Youngstown Champs

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The Youngstown Champs were a minor league baseball team that competed in the Ohio-Pennsylvania League in 1907 and 1908. The club won the league championship in 1907[1] but disbanded in the middle of the 1908 season.[2]


The Champs were among several minor league ball clubs that operated in Youngstown, Ohio, in the early 20th century. The team was preceded by the Youngstown Ohio Works, which won two consecutive league championships in 1905 and 1906.[1]

In 1907, the Ohio Works' sponsors, local industrialists Joseph and Thomas McDonald, approved the sale of the franchise to Zanesville investors.[3] As the Marion Daily Mirror observed in March 1907, this move raised questions about the future of the Ohio-Pennsylvania League. "For a time the threatened withdrawal of Youngstown portended the break up of the league", the paper stated. "Sharon and New Castle felt they could not support clubs without the rivalry that existed between the three towns". The article added that three candidates were initially considered for the position of club manager: Mert Whitney, a player with a Buffalo, New York, franchise who previously played first base for the Youngstwn club; Harry Ostdiek, a recently signed catcher from Canton, Ohio; and Sam L. Wright, the city editor of the The Youngstown Daily Vindicator. According to the article, however, the withdrawal of the Youngstown club's previous manager had dampened efforts to secure funding for a new franchise. "The fact that Marty Hogan will in no way be connected with the Youngstown team has made the work much harder than ordinary for the promoters", the paper stated.[4] Ultimately, a new club was organized, with Wright as manager.[1] That year, the Youngstown Baseball Company took an office on the mezzanine floor of the Dollar Bank Building in downtown Youngstown.[5]

Wright, who was former sports editor of the Vindicator,[5] went on to serve as president of the Ohio-Pennsylvania League in 1909.[2]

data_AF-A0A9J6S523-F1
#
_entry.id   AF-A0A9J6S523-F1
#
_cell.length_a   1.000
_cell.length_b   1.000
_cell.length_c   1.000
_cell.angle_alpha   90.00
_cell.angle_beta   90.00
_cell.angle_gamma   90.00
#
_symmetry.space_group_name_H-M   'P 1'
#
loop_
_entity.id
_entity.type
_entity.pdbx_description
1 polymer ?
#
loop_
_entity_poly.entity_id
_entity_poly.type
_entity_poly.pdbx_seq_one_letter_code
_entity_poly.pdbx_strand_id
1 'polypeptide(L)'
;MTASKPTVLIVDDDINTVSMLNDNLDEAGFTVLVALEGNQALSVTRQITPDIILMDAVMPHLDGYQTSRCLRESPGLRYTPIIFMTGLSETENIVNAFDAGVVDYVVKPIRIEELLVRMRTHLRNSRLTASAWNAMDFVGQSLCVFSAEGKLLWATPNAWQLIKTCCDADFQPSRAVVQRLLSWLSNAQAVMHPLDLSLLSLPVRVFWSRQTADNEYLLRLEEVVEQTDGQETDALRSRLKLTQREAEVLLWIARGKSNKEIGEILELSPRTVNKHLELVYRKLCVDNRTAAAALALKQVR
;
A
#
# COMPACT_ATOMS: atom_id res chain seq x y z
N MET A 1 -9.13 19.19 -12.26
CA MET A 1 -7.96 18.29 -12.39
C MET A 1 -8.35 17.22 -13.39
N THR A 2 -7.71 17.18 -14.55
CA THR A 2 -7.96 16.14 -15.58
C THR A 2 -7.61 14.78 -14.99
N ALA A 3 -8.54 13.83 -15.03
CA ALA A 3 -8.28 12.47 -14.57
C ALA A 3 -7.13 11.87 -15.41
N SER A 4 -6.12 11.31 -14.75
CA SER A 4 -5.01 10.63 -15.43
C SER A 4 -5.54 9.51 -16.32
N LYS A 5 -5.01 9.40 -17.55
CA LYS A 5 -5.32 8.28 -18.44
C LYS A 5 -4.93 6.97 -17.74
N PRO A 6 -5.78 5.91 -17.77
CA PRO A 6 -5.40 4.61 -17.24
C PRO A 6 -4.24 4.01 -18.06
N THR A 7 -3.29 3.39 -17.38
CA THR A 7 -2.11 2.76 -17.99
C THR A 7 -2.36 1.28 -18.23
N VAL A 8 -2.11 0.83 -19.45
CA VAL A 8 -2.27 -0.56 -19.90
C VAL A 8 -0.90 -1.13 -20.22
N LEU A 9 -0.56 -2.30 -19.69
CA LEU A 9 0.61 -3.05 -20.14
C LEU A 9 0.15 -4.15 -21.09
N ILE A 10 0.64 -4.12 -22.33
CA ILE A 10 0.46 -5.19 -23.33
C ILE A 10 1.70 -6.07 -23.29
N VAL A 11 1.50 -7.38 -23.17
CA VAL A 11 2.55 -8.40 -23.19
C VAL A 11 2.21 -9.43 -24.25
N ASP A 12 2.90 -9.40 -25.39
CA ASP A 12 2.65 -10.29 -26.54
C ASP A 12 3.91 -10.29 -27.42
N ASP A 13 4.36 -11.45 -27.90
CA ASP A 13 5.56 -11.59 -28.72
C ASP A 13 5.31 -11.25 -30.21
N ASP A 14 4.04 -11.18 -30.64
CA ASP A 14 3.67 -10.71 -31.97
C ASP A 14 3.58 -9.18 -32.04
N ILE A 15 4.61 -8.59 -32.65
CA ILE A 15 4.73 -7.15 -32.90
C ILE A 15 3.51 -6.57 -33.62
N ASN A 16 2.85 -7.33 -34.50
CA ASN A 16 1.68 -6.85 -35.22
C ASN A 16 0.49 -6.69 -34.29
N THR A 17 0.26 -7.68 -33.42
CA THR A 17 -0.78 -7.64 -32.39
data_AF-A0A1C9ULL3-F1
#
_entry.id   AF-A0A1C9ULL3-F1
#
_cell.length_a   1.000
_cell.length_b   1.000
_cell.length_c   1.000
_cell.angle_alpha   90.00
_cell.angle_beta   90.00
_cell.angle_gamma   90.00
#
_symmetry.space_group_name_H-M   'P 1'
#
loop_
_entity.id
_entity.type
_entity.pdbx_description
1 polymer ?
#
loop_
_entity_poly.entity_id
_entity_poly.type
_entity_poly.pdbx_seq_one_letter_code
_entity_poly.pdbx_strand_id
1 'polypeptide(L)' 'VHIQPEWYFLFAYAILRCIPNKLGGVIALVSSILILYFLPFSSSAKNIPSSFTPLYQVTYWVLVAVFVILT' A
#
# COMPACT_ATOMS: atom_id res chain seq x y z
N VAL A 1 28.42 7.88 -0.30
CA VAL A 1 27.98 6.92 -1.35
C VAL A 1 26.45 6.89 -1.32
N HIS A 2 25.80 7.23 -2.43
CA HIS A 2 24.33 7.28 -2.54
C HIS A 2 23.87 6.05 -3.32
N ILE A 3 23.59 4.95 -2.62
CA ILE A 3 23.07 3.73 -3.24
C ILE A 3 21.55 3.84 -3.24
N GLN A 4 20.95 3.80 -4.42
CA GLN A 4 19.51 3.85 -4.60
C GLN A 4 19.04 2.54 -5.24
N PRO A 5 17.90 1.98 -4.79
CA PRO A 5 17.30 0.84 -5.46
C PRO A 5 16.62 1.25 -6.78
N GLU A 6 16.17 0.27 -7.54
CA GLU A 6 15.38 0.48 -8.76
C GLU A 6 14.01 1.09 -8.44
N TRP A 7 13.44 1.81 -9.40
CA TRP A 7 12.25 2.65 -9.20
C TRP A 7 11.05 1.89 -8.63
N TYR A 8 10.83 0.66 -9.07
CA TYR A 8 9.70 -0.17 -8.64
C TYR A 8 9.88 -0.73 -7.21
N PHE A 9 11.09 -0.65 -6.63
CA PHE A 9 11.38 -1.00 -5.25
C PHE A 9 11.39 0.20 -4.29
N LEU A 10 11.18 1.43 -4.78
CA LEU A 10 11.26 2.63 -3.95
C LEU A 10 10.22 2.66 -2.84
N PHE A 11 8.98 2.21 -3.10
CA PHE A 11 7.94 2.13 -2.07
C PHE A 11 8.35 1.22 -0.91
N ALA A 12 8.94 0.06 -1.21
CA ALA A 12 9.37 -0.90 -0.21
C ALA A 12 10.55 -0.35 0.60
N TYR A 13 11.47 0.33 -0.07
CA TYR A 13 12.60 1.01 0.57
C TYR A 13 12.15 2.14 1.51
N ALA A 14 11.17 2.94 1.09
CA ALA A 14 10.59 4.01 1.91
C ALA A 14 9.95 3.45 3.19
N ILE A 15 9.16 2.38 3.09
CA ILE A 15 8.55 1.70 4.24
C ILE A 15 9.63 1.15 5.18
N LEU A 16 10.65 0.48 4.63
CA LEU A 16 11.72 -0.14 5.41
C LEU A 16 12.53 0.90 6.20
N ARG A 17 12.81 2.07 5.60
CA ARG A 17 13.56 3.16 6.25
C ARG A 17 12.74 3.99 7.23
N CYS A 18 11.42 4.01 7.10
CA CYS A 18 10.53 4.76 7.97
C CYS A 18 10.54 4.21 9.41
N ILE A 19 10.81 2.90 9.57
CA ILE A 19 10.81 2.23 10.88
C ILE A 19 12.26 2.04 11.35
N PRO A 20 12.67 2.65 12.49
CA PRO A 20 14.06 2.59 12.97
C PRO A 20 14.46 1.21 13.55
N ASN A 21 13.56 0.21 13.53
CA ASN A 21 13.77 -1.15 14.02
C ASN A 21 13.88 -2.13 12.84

Championship and dissolution[edit]

The Youngstown club won the 1907 championship in a close race with a Newark, Ohio, franchise.[1] The Champs closed the season with an 86–53 record, while the Newark Newks worked up an 86–52 record, placing second in the league.[1] The Champs met with less success the following season.

On June 9, 1908, the Vindicator reported the Champs' claim that two losses suffered at East Liverpool, Ohio, and McKeesport, Pennsylvania, resulted from "putrid" drinking water at East Liverpool that made the players sick.[5] The Champs' situation failed to improve, and in the middle of the 1908 season, the club's owners withdrew their sponsorship.[2]

The team was later replaced by the Youngstown Indians, which competed in the Ohio-Pennsylvania League in 1909, under the sponsorship of a New Castle, Pennsylvania, stock company.[2]


  1. ^ a b c d e "Ohio-Pennsylvania League". Baseball Reference. Retrieved 2007-10-10. 
  2. ^ a b c d Spalding's Official Athletic Library Baseball Guide (New York: American Sports Publishing Co., 1910), p. 217.
  3. ^ "Franchise, Team and Marty Hogan are Coming Here". The Zanesville Signal. February 18, 1907. p. 1. 
  4. ^ "Youngstown Deal Settled; And Fans in That City are Now Happy". Marion Daily Mirror. March 11, 1907. p. 3. 
  5. ^ a b c "A Century of Sports: The Mahoning and Shenango Valleys". The Vindicator. April 11, 1999. p. D-6.